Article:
Odaiko New England Celebrates 23 years with Young Audiences Arts for Learning!
Sep 9, 2022
Founded by Elaine Fong in 1994, Odaiko New England is a collective of people passionate about the ancient tradition of Taiko drumming, as well as sharing knowledge about the art form across New England with classes, workshops, and performances.
YAMA Staff members had a great time connecting with Juni Kobayashi, a brilliant Taiko drummer, originally trained in classical percussion, who joined Odaiko New England in 2000.
What is significant to you about performing for young people?
It’s the first time that a lot of these young people, young students, are seeing Taiko. It’s a privilege and an honor to be the first Taiko group that they see.
Over the years, we’ve had different people performing the show, and they’re not always Asian. I think it’s really important for them to see that you don’t have to be of that culture or of that race to do an art form that’s from a different culture. Elaine Fong, who started the group, is Chinese-American. She always says, ‘You don’t have to be Japanese to do Taiko drumming.’ Also, I think it’s important because if there are Japanese students, they get to say, ‘Hey! That’s part of my heritage and my culture. That’s really cool.’ They can feel a lot of pride in that regard.
It’s good to have students when they’re really young because their minds are still open. They don’t have a lot of preconceptions about things, they can just be more accepting and entertain the idea of maybe doing it themselves. I’ve had students say, ‘I want to do that!’ It’s really exciting when you can touch them in that way.
Can you share a fond memory of doing a YAMA performance?
It was really fun to do the Zoom performances actually. My favorite part was actually the Q&As where the kids got to ask questions, and I could actually see them on the monitor. . .being able to answer their questions, seeing them very closely on the screen, that was actually really fun!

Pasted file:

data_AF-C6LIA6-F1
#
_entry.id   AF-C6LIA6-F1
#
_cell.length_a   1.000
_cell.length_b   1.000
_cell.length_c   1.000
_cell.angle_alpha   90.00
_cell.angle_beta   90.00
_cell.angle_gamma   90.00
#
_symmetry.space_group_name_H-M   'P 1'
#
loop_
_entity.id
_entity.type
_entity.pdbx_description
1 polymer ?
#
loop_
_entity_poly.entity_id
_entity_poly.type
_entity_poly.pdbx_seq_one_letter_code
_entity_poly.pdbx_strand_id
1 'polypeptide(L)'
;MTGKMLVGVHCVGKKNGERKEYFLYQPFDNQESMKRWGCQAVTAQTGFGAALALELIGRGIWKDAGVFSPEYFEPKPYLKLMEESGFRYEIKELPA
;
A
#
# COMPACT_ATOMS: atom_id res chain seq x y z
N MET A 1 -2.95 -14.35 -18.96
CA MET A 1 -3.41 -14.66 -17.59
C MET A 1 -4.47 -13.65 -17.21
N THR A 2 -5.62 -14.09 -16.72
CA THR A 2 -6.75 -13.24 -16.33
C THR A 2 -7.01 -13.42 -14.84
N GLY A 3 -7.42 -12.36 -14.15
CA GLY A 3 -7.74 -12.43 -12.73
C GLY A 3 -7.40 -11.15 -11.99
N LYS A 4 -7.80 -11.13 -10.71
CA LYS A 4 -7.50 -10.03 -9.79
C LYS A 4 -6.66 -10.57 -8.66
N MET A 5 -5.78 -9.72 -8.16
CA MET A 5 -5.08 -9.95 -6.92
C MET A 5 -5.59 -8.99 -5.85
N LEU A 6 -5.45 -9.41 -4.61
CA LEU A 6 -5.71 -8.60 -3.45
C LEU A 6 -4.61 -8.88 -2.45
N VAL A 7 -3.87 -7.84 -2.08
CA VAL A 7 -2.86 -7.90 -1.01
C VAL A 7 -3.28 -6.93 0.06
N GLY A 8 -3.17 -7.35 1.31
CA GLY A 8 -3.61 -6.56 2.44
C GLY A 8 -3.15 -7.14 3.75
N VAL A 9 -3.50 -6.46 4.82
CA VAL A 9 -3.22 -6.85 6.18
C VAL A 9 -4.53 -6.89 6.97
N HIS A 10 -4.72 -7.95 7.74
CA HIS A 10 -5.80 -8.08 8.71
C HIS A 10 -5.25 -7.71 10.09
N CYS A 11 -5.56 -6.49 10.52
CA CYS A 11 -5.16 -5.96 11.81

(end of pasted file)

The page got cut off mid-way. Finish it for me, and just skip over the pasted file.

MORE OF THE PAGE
I also remember not too long ago, we could see this little boy, you know, sitting and bopping up and down. He was just so engaged, and he just kind of stood out. He was sitting in the front, and after our show, he said, ‘You did a good job! [Gives a big, double thumbs up]’. It was just so adorable. I just loved it.
Other times when we’re packing up and the kids are lined up to leave, they would say things like ‘That was the best day of my life!’...Comments like that just really warm my heart. I just feel like we really created a nice memory for them and for me, too. My favorite part of our live show is when we bring up the students to come and volunteer to play Taiko with us, the enthusiasm…the whole room erupts. I just love that part.
What is your wish for the future of arts education?
I would like to see more studies done in ways that we can use the arts to help learn other subjects. I’d like to see, obviously, arts just being part of the curriculum and being funded and having as much importance and regard as sports and math and science and reading and writing. I think maybe the arts haven’t been taking as seriously in some ways because it’s fun or entertaining, but I think that’s where the power is. If you can make something fun and interesting and entertaining as part of the learning process, you can do that with music. I think it’s easier to memorize something if you put a melody to it or a rhythm. There are creative ways to use the arts to help students learn more deeply.
Taiko is kinda cool just as an art form. If you had to choose having PE or music as part of your curriculum, Taiko can be like both. With Taiko drumming you’re using your whole body, you have to work out and build endurance and stamina and strength…You’re working on coordination, physical coordination and also it’s musical. You work to play music together, you work on listening skills, you work on musical skills. It combines both physical aspects and musical aspects and teamwork aspects. It’s really fun and it’s very accessible to all ages and all genders. It’s got a universal appeal I think.